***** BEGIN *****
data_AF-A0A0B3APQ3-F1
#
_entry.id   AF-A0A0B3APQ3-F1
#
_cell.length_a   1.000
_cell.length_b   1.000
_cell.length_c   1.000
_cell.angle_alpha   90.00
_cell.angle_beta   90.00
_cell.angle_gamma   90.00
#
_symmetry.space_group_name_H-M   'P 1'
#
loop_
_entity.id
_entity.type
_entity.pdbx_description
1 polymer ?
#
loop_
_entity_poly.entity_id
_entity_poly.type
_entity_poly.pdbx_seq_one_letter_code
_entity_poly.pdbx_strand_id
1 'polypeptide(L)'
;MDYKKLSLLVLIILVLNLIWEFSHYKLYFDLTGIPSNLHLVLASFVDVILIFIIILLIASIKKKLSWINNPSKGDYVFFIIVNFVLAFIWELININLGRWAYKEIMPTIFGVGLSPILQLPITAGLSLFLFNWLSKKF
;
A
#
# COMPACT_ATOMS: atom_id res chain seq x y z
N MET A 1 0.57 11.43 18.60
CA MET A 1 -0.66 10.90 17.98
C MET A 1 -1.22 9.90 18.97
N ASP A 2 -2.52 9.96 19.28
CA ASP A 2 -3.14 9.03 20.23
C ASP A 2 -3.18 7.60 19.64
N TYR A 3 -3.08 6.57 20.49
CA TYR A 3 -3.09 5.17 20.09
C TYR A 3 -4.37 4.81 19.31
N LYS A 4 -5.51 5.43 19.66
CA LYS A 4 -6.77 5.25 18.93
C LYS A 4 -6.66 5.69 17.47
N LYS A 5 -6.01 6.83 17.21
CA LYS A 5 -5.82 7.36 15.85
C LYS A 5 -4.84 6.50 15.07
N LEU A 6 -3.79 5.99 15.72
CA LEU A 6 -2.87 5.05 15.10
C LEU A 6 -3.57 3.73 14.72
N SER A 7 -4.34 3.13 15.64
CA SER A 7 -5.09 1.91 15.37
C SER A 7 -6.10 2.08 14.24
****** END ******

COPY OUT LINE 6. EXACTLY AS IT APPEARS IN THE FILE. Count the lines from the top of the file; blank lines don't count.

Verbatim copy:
_cell.length_b   1.000